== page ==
TOBI: Well, first of all, I think it is how the keys in the song play out. You know, I got my wine with me and a spliff and there’s no worries. There’s no cares. I’m just doing me. And that was the inspiration there. I think it came a lot from how the beat made me feel, because I can listen to a beat like that on loop for two hours. That’s how I know when I want to make a song to something. If I can listen to the beat on its own for a time, I know that it’s gonna be hot. I know it’s gonna be a great song. So that was it for me.
From the perspective of you guys, based on your personal experiences, how important is protecting your energy and setting boundaries? And how are you manifesting those feelings individually on this track?
TOBi: I mean, for me, you know, I wouldn’t call myself antisocial. I definitely love spending time with people that I care about, and I love getting to know new people, for sure. But sometimes, for example, let me just say, “You know, tonight, I need to have this space.” And that space can be a physical boundary, it can be an emotional boundary, a mental boundary, you know? No text, I keep my phone on airplane mode, and I feel like I’m in bliss, some paradise, you know? So I think that’s important for self-preservation, so that when we do hang out, I’m giving you my best self; I don’t feel like I’m being forced to be there. I’m saying I’m actually enjoying that time. So that’s what that concept means to me.
Haviah, I’m asking you the same question, but the other thing I want to add to it is, you know, I noticed that even with your more recent tracks, like “Occasion” and “Obeah,” it sounds like boundaries and people that may or may not be who they seem are a theme of your recent songs.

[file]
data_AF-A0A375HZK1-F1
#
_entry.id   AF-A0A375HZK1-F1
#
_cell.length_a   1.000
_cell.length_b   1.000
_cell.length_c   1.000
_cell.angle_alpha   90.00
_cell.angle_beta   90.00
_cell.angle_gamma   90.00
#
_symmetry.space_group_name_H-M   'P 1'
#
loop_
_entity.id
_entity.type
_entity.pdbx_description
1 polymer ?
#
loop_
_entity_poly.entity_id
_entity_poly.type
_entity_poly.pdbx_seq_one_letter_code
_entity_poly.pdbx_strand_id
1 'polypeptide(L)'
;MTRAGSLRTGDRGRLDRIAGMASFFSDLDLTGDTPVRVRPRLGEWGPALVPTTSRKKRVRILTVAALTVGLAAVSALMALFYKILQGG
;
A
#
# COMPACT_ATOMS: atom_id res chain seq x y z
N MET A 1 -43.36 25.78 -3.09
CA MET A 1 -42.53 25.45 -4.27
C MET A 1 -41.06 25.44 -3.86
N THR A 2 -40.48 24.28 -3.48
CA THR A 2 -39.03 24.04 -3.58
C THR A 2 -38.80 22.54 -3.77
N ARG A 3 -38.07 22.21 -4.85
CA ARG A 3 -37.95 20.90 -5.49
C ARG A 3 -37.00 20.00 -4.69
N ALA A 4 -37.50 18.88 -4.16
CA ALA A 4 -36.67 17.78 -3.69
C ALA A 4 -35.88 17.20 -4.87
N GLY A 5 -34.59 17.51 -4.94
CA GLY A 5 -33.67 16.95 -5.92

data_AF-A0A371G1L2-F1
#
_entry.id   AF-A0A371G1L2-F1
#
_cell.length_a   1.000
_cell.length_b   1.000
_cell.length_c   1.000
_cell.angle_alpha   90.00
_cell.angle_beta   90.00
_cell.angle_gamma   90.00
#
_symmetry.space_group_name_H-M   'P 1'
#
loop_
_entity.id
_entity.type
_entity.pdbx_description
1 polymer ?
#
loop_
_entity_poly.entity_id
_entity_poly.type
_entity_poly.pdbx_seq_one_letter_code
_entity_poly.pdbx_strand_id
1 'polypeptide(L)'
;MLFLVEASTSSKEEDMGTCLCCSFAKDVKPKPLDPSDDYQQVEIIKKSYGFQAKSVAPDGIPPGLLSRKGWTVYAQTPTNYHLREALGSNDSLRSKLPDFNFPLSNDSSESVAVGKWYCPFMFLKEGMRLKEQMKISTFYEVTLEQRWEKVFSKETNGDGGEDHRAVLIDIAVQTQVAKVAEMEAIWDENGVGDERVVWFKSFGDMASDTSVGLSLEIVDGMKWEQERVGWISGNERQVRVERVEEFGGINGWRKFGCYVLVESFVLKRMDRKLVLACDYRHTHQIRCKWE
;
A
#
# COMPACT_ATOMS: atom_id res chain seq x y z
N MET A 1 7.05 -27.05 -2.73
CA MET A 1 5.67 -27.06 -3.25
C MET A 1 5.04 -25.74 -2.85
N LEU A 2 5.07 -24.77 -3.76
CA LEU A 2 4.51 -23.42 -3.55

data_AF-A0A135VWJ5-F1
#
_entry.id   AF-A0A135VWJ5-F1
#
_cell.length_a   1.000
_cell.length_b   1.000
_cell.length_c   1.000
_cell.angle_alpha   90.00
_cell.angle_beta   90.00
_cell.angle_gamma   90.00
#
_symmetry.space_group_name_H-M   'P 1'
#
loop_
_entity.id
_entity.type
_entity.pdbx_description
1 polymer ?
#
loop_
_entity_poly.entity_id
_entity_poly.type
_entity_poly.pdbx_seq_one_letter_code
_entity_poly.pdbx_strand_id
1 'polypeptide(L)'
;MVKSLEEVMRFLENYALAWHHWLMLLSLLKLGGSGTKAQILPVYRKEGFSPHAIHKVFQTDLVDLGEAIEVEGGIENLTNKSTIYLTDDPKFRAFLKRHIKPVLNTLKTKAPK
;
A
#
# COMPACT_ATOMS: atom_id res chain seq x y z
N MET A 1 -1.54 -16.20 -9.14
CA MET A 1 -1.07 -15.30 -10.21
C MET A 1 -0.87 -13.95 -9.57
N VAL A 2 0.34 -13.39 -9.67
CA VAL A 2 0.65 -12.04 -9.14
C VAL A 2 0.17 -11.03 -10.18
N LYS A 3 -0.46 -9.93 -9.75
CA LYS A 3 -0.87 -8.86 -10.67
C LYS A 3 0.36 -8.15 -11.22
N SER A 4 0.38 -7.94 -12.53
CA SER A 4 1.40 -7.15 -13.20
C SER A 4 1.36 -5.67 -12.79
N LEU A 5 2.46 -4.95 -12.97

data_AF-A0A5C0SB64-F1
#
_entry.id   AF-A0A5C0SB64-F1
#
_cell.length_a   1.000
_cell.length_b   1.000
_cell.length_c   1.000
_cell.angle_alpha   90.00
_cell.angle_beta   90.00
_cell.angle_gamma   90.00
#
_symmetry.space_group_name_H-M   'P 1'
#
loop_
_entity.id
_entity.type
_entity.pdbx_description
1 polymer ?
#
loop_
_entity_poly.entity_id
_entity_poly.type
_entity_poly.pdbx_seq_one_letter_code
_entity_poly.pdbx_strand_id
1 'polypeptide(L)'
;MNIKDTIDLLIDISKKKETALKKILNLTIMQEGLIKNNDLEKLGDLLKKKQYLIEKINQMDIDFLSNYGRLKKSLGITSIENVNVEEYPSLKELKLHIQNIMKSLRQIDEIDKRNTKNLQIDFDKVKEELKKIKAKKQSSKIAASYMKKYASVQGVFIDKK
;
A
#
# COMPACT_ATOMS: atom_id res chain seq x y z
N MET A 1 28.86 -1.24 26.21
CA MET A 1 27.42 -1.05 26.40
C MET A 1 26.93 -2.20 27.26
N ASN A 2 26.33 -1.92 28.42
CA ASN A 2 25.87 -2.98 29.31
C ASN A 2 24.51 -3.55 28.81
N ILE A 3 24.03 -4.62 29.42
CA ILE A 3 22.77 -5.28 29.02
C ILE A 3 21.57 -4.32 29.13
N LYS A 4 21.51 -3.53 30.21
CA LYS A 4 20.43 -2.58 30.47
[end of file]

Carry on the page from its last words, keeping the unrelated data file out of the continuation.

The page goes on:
Haviah: You’re right. Yeah. And even like, I have a song called “Antisocial.” Not that I am antisocial, but there are elements where I think I feel bad and feel that emotion in those time frames. I guess you would consider me to be temporarily antisocial, but yeah, you’re right. A lot of the themes in some of the newer music do talk about that. I think it’s because 2019 was my most active year as a musician, and, you know, we went into a pandemic in early 2020. So like, the trajectory kind of got stunted. And so I’m stuck in a place, mentally, since the Polaris win. That’s when I really started to recognize that there are a lot of contacts and artists and people in the industry and friends that I had even that weren’t quite what I thought they were. And I think once my business orientation became really serious, and I got really on my grind, I was able to discern the people who were holding me back, because I was on my stuff. And I could feel the negative pull of people not acknowledging the work. I’m not an artist that likes to talk. I don’t like to go on Twitter and talk about how I need my flowers. But I will put it in the music. I think recognizing the energies around me and letting go of certain energies and getting closer to the people who have the right energy has been one of my biggest successes that has helped carry me through a time like this, where you don’t have fans at a show to validate you, or to tell you what song you should drop next. You don’t have any of that insight.